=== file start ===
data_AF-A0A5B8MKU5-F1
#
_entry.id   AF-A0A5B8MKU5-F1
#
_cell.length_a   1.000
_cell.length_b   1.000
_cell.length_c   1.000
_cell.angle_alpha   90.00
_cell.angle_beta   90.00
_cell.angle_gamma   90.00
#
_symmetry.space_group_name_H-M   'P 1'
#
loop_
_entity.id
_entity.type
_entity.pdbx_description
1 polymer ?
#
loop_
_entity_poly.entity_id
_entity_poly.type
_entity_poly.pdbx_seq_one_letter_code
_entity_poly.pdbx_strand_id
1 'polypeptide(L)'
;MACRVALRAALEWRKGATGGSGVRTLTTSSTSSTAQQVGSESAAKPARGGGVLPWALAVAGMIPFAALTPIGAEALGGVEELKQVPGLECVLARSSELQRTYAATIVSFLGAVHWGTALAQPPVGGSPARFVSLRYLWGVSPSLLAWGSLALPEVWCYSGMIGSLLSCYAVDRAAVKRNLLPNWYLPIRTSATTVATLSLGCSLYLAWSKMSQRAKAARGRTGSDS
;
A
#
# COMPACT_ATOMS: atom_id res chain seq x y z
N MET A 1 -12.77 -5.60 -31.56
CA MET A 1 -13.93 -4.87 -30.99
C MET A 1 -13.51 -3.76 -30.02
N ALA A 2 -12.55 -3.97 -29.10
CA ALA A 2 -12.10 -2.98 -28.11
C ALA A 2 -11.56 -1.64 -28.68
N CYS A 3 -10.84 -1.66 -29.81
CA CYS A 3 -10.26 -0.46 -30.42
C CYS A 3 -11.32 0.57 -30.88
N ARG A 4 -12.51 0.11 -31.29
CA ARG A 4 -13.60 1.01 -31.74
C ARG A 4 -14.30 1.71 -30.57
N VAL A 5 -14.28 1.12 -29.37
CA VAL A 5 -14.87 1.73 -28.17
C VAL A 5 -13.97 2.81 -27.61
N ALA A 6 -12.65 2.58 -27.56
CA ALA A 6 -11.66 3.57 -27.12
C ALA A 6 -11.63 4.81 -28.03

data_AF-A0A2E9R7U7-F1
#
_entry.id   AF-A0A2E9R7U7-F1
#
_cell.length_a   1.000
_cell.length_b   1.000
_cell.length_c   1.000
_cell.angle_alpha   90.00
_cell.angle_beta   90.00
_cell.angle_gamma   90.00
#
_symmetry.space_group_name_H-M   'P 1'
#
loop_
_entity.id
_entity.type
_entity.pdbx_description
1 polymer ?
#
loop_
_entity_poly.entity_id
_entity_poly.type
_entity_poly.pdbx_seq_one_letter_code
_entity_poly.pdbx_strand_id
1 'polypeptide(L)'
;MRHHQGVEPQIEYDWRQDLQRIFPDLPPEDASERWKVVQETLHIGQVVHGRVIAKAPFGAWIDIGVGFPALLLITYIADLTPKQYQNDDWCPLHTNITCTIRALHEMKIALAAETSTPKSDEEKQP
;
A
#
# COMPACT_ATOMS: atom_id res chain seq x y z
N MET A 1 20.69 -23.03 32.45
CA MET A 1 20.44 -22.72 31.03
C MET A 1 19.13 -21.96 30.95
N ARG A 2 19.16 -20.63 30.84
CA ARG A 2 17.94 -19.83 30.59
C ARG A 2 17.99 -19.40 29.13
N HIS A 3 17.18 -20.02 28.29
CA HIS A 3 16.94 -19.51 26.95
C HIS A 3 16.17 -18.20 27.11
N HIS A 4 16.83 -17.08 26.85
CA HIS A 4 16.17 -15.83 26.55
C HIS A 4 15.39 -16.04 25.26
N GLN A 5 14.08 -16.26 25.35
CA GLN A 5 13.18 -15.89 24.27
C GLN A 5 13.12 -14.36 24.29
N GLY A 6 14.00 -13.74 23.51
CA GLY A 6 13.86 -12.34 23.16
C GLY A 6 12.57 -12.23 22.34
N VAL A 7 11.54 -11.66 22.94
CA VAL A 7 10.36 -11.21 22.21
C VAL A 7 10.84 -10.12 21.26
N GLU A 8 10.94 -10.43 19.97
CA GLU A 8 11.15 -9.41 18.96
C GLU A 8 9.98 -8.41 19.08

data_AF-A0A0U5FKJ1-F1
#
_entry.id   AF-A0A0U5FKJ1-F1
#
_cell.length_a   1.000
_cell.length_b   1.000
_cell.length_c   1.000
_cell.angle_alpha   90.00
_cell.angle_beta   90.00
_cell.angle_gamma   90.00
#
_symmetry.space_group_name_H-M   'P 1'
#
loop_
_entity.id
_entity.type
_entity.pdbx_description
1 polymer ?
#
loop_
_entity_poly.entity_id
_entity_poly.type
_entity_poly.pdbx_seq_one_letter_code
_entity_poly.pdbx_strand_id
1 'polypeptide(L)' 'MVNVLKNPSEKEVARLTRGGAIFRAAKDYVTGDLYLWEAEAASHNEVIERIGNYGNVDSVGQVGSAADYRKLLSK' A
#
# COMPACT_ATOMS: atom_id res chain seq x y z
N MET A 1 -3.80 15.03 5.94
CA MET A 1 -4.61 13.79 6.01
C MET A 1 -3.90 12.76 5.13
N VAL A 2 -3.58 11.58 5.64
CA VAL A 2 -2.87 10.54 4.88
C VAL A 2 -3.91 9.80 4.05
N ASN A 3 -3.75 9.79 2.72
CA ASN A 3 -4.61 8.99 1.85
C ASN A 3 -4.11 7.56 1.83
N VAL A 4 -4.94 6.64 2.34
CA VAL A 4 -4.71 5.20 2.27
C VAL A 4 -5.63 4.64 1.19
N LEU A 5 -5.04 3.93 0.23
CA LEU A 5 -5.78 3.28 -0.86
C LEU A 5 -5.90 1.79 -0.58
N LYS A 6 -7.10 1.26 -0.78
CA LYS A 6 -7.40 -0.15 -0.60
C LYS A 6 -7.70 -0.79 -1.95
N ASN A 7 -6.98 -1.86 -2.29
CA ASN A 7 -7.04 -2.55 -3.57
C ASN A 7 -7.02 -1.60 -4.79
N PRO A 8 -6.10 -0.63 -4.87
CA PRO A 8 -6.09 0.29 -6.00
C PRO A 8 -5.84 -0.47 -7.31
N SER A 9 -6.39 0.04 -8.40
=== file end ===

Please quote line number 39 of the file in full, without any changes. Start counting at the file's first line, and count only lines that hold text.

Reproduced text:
C CYS A 3 -11.32 0.57 -30.88